In all my years of movie viewing, there have been only two movies that I completely hated upon my first viewing: James Toback's FINGERS and David Lynch's BLUE VELVET. To me, the former was a 90-minute exercise in incompetence, with the director wallowing in material unfit for a sewer. The latter was indescribable - an eclectic assortment of unrelated images sewn together by momentary fits of brutal and sexual savagery. I never would have thought that my utter lack of understanding in film as a visual language would soon come to pass, and ultimately permit me to enjoy further viewings of these films which have become two of my all-time favorites.
FINGERS is one of the best movies you've more than likely never heard of. Though I found it to be initially revolting, I gave the film another chance and boy am I glad I did. Watching the film a second time revealed one of the most audacious and best films made in the 1970's. Harvey Keitel gives what to me is his best film performance. As Jimmy Angelleli (an Angel in Hell - nice symbolism!), he's an aspiring concert pianist moonlighting as a collector for his loan shark father, played wonderfully by the late Michael V. Gazzo. The predominantly New York City cast is made up primarily of great character actors from THE GODFATHER films, in particular Dominic Chianese (finally getting recognition on THE SOPRANOS) and Lenny Montana. Tony Sirico, who plays Pauly Walnuts on THE SOPRANOS, is terrific as a gangster who has a nasty scuffle in a stairwell with Keitel. Danny Aiello and Ed Marinaro are great as Sirico's henchmen, and Tanya Roberts(!) plays Sirico's girlfriend. Marian Seldes is excellent in her small role as Keitel's mother. Tom Signorelli is great as a convict sharing a cell with Keitel. Jim Brown rounds out the cast as Dreems, and Tisa Farrow plays his fey girlfriend.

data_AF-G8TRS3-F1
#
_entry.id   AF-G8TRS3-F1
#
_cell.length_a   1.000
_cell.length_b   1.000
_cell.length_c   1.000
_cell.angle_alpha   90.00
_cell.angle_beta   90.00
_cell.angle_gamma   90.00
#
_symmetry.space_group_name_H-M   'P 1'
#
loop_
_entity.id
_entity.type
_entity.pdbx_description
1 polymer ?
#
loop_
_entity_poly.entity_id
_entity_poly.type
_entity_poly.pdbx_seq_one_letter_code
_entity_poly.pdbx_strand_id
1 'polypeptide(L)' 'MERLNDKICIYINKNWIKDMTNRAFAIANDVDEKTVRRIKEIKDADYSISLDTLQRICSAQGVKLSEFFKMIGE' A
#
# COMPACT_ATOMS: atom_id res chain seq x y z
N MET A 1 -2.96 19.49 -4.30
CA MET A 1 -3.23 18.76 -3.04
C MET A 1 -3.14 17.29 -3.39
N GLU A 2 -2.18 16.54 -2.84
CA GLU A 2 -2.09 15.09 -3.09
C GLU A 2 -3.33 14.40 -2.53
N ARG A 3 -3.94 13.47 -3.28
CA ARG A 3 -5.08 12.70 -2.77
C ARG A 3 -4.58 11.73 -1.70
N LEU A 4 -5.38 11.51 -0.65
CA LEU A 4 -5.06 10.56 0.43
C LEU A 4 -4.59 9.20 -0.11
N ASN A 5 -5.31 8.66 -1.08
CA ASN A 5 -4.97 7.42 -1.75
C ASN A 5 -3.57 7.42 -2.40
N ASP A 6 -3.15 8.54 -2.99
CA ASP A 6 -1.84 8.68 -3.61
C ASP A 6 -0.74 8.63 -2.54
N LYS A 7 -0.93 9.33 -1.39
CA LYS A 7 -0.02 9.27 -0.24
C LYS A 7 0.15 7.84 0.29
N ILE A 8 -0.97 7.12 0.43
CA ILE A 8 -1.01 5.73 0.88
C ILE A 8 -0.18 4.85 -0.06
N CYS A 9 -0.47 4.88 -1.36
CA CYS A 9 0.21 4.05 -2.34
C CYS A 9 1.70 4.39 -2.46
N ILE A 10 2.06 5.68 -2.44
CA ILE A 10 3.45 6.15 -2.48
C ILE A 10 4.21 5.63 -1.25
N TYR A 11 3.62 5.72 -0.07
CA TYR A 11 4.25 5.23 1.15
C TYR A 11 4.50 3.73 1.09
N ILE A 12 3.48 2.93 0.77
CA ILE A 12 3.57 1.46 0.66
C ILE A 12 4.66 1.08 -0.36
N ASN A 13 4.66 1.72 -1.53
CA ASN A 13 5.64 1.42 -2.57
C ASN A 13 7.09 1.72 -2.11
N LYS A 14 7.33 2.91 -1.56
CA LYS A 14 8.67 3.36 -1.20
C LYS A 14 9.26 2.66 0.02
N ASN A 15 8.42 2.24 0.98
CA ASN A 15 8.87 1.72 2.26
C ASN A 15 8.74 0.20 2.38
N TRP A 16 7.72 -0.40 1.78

Be warned, however - FINGERS is not for everyone. It is at times a brutal and depressing drama. However, you should give it a chance if you like MEAN STREETS and TAXI DRIVER, as these are the films that come to mind while watching FINGERS.
The film was shot by cinematographer Michael Chapman, a master of some great 1970's films like THE LAST DETAIL, TAXI DRIVER, and RAGING BULL. His camera mastery is brilliant here. This, like THE FRENCH CONNECTION, is a highly visceral New York movie.
James Toback deserves kudos for making an uncompromising film. For a directorial debut, it's a stunning achievement, and it's the sort of film that would never get made today. Superb.